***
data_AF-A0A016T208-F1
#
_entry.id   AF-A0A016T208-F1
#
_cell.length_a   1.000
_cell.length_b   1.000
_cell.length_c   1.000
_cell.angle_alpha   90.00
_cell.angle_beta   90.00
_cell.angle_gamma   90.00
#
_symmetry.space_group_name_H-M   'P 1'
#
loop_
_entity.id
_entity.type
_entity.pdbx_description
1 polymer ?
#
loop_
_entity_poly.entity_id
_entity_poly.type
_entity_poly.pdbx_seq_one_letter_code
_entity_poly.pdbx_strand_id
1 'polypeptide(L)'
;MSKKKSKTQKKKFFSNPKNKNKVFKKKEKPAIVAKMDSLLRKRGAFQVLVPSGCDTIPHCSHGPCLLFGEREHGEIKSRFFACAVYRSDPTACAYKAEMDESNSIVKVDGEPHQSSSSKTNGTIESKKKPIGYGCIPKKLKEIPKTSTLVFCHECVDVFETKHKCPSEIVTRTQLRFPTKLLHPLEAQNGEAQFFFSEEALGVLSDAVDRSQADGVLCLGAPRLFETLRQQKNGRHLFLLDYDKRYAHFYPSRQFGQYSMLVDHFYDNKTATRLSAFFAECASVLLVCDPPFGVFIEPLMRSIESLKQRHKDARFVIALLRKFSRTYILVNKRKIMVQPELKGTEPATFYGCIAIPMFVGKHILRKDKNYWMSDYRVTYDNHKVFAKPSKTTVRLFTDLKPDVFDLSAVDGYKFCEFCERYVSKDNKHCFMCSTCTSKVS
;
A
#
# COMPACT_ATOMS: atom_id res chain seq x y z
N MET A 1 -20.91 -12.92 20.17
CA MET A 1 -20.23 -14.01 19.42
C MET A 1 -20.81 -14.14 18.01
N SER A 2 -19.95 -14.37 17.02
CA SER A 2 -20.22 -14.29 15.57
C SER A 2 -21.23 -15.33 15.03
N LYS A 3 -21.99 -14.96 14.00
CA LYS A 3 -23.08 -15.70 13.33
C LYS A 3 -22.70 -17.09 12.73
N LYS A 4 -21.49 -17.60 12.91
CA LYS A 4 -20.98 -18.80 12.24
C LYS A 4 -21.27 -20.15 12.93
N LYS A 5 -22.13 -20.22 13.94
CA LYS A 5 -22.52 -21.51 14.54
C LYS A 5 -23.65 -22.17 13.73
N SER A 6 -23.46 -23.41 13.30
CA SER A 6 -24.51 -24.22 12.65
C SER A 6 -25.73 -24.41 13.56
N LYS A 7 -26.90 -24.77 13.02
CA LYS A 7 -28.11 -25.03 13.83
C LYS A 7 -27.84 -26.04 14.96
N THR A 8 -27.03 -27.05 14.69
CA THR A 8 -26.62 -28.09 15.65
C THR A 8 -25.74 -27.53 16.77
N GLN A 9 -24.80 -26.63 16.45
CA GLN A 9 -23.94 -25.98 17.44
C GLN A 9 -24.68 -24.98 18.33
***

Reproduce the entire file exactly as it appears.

data_AF-A0A016T208-F1
#
_entry.id   AF-A0A016T208-F1
#
_cell.length_a   1.000
_cell.length_b   1.000
_cell.length_c   1.000
_cell.angle_alpha   90.00
_cell.angle_beta   90.00
_cell.angle_gamma   90.00
#
_symmetry.space_group_name_H-M   'P 1'
#
loop_
_entity.id
_entity.type
_entity.pdbx_description
1 polymer ?
#
loop_
_entity_poly.entity_id
_entity_poly.type
_entity_poly.pdbx_seq_one_letter_code
_entity_poly.pdbx_strand_id
1 'polypeptide(L)'
;MSKKKSKTQKKKFFSNPKNKNKVFKKKEKPAIVAKMDSLLRKRGAFQVLVPSGCDTIPHCSHGPCLLFGEREHGEIKSRFFACAVYRSDPTACAYKAEMDESNSIVKVDGEPHQSSSSKTNGTIESKKKPIGYGCIPKKLKEIPKTSTLVFCHECVDVFETKHKCPSEIVTRTQLRFPTKLLHPLEAQNGEAQFFFSEEALGVLSDAVDRSQADGVLCLGAPRLFETLRQQKNGRHLFLLDYDKRYAHFYPSRQFGQYSMLVDHFYDNKTATRLSAFFAECASVLLVCDPPFGVFIEPLMRSIESLKQRHKDARFVIALLRKFSRTYILVNKRKIMVQPELKGTEPATFYGCIAIPMFVGKHILRKDKNYWMSDYRVTYDNHKVFAKPSKTTVRLFTDLKPDVFDLSAVDGYKFCEFCERYVSKDNKHCFMCSTCTSKVS
;
A
#
# COMPACT_ATOMS: atom_id res chain seq x y z
N MET A 1 -20.91 -12.92 20.17
CA MET A 1 -20.23 -14.01 19.42
C MET A 1 -20.81 -14.14 18.01
N SER A 2 -19.95 -14.37 17.02
CA SER A 2 -20.22 -14.29 15.57
C SER A 2 -21.23 -15.33 15.03
N LYS A 3 -21.99 -14.96 14.00
CA LYS A 3 -23.08 -15.70 13.33
C LYS A 3 -22.70 -17.09 12.73
N LYS A 4 -21.49 -17.60 12.91
CA LYS A 4 -20.98 -18.80 12.24
C LYS A 4 -21.27 -20.15 12.93
N LYS A 5 -22.13 -20.22 13.94
CA LYS A 5 -22.52 -21.51 14.54
C LYS A 5 -23.65 -22.17 13.73
N SER A 6 -23.46 -23.41 13.30
CA SER A 6 -24.51 -24.22 12.65
C SER A 6 -25.73 -24.41 13.56
N LYS A 7 -26.90 -24.77 13.02
CA LYS A 7 -28.11 -25.03 13.83
C LYS A 7 -27.84 -26.04 14.96
N THR A 8 -27.03 -27.05 14.69
CA THR A 8 -26.62 -28.09 15.65
C THR A 8 -25.74 -27.53 16.77
N GLN A 9 -24.80 -26.63 16.45
CA GLN A 9 -23.94 -25.98 17.44
C GLN A 9 -24.68 -24.98 18.33